IITA-Uganda@cgnet.com

Thailand

Montri Chulavatnatol
Professor of Biochemistry
Faculty of Science Rama 6 Road Mahidol University
Rajthevi, Bangkok 10400, Thailand+
Tel. (66-2) 2455195 Fax: 2480375
Email: scmcl@mahidol.ac.th

3: Notes of two feedback sessions on the Global Cassava Strategy Regional Review of Latin America and the Caribbean

CBN Regional Planning Meeting, Pirenopolis, Brazil, 17-18 March 1998
Coordination & notes by Dr. Guy Henry, ClRAD, France

As part of the Global Cassava Strategy (GCS), a regional cassava review for LAC was written in 1997, by Hershey, Henry, Best & Iglesias, titled "Cassava in Latin America and the Caribbean: Resources for Global Development". On the occasion of the CBN Regional Planning meeting, this document (in Spanish) was distributed, presented and discussed. The meeting was attended by Latin representatives of fanner groups, processors, industrialists, NGO's, and national, regional and international R&D institutes. The following are the combined notes of two feedback sessions on the document. The first session was on general clarifications and comments. The second session was guided by a set of 7 discussion provoking questions:

(1) That the document should include a discussion about the potential of cassava leaf utilization for human consumption. Also, the possibilities for cassava based alcohol manufacturing for pharmaceutical industries ought to be mentioned.

(2) Research needs to react to market opportunities, but at the same time the results of research can open new market opportunities. Furthemore, cassava producers need to be better integrated to what the market dictates.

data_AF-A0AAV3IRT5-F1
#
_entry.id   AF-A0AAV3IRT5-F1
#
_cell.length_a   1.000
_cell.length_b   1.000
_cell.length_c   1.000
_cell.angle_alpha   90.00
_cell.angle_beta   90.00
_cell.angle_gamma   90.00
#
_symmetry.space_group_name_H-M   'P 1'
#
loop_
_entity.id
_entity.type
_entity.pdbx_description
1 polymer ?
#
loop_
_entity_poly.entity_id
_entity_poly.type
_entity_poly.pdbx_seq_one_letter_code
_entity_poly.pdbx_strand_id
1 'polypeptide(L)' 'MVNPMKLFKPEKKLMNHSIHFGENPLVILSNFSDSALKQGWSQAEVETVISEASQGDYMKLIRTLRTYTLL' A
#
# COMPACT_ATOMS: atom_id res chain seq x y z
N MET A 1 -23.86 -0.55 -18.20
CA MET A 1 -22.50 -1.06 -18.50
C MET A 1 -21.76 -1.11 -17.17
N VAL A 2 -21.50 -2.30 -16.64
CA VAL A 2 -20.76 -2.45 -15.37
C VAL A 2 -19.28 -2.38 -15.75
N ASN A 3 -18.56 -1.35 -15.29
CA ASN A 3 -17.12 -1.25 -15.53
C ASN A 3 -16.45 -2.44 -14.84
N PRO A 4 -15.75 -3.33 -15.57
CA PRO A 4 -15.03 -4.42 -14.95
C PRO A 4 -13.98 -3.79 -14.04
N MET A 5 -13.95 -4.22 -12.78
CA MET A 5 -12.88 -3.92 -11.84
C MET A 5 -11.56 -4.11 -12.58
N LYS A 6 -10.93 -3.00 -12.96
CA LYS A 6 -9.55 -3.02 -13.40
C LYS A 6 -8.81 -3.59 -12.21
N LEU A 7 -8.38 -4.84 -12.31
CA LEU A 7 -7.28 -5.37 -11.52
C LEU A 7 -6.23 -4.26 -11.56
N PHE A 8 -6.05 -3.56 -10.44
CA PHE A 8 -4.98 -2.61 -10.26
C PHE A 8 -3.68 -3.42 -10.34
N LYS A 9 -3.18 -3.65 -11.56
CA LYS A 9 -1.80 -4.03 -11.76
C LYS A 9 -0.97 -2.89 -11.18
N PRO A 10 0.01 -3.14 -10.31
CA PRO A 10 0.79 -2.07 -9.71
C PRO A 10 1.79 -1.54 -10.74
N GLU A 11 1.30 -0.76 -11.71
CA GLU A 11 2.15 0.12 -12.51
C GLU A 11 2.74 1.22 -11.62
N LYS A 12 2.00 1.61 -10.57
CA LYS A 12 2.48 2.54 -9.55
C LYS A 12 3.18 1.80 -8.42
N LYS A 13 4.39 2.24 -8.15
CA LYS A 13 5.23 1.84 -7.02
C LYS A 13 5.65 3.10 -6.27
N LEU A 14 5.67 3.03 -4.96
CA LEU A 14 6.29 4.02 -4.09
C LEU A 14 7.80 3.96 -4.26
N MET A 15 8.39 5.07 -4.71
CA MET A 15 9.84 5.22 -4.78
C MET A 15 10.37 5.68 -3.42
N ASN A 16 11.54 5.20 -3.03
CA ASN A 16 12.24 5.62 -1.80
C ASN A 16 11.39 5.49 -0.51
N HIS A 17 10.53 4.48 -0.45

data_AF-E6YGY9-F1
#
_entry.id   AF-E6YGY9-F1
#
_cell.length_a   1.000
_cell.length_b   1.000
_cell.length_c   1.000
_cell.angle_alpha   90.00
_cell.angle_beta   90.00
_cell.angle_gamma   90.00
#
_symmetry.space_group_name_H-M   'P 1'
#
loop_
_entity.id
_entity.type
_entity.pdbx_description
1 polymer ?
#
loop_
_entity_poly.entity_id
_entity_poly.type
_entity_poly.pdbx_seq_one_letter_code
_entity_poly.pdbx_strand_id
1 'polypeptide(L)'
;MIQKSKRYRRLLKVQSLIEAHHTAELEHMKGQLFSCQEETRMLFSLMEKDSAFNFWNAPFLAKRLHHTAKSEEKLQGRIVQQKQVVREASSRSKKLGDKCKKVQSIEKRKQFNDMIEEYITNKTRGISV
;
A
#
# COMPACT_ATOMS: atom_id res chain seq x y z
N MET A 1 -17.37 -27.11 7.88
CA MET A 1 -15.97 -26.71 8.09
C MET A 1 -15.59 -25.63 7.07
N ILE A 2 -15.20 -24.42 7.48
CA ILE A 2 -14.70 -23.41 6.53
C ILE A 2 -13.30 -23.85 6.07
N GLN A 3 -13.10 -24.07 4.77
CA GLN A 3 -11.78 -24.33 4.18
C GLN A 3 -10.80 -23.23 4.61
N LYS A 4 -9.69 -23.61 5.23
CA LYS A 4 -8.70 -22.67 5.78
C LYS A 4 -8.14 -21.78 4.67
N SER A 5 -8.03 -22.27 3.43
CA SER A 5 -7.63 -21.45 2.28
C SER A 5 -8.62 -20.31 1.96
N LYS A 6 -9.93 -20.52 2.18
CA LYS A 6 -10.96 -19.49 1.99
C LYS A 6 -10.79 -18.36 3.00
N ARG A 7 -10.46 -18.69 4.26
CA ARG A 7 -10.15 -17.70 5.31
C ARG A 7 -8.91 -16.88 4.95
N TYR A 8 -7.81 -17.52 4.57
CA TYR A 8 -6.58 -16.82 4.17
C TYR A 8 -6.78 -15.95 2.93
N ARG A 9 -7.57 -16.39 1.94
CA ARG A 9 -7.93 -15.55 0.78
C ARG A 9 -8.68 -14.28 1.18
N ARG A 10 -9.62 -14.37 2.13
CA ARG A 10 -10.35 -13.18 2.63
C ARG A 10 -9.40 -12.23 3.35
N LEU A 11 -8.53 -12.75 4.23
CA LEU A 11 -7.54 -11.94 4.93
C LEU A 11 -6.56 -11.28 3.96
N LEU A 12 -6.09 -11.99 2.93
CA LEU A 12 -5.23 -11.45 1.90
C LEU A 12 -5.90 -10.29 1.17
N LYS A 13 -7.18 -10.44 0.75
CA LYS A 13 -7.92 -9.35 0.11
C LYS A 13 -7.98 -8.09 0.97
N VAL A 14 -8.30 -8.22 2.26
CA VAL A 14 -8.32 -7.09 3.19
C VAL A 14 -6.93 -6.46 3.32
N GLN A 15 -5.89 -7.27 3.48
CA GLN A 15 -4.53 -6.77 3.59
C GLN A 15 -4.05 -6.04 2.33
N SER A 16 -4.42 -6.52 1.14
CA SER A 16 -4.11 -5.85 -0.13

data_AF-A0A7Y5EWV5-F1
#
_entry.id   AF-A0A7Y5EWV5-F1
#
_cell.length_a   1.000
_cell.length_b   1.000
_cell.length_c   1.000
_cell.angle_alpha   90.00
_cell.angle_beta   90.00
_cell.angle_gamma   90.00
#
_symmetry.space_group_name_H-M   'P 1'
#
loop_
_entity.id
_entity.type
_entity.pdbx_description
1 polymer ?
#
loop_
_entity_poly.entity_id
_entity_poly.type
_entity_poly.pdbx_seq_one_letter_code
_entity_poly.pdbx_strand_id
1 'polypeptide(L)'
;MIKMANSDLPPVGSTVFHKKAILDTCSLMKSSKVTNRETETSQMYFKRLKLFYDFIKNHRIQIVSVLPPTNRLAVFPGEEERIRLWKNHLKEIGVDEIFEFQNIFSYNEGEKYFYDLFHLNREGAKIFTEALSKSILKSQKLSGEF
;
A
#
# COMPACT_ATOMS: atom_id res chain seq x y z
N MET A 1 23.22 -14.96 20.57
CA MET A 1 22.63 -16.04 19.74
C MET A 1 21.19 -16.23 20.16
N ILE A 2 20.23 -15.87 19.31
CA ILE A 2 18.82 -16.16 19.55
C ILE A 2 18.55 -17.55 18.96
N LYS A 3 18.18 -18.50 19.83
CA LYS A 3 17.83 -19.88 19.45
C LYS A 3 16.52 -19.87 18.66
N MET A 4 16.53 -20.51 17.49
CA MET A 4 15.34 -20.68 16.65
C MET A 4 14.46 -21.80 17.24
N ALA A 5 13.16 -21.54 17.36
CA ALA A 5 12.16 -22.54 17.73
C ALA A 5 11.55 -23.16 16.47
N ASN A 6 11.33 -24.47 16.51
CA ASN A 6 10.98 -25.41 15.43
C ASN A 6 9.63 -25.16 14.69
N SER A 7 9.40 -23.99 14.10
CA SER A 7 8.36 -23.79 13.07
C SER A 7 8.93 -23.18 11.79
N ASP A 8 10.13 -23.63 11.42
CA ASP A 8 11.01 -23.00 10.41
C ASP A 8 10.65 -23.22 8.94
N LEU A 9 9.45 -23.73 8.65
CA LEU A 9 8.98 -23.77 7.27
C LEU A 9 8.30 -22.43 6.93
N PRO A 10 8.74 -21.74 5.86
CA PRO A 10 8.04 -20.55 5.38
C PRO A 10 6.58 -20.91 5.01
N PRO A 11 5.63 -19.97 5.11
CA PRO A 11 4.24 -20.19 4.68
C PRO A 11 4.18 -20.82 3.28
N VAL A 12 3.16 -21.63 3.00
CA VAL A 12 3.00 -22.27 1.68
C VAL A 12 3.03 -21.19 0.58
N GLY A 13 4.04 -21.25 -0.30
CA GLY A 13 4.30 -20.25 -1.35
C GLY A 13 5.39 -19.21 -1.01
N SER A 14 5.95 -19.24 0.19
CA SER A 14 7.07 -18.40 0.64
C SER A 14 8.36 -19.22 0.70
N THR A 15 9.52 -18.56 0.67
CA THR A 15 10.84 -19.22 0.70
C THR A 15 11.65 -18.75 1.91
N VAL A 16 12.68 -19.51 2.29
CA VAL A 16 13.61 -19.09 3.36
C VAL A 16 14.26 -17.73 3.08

(3) Colombian representatives argued that the cassava sector needs government intervention regarding protective producer price bands and/or minimum support prices.

(4) Most attendants expressed their conviction that dried cassava (animal feed) and cassava starches are the best future market opportunities. However, there seemed to be a consensus that the industry scale differs: large industry for native and modified starches, and small to medium scale industry for sour starch (sun-dried). Paraguay mentioned that the fresh market has additional potential; for example, in Buenos Aires live 1 + million Paraguayans who demand their traditional fresh cassava. There is a lack of integration between producers and consumers to realize the potential of this market.

(5) Participants agreed in general, that cassava not only has a future potential, but that in the past, cassava has already played a very important role regarding food security and income generation.

(6) Large scale commercial cassava production in S Brazil is currently considered as a good economic option vis-à-vis alternative crops; however, the major problem is availability of technology and its transfer to fanners. This was later picked up again, when a demand was expressed for production mechanization in order to reduce per unit production costs.

(7) All small fanners' representatives and most researchers were adamant about their ' conviction that cassava reduces poverty and not that cassava induces poverty. The Paraguay representative stated that "a Paraguayan fanner without cassava implies absolute poverty and hunger; with cassava, he will always survive and be able to feed his family".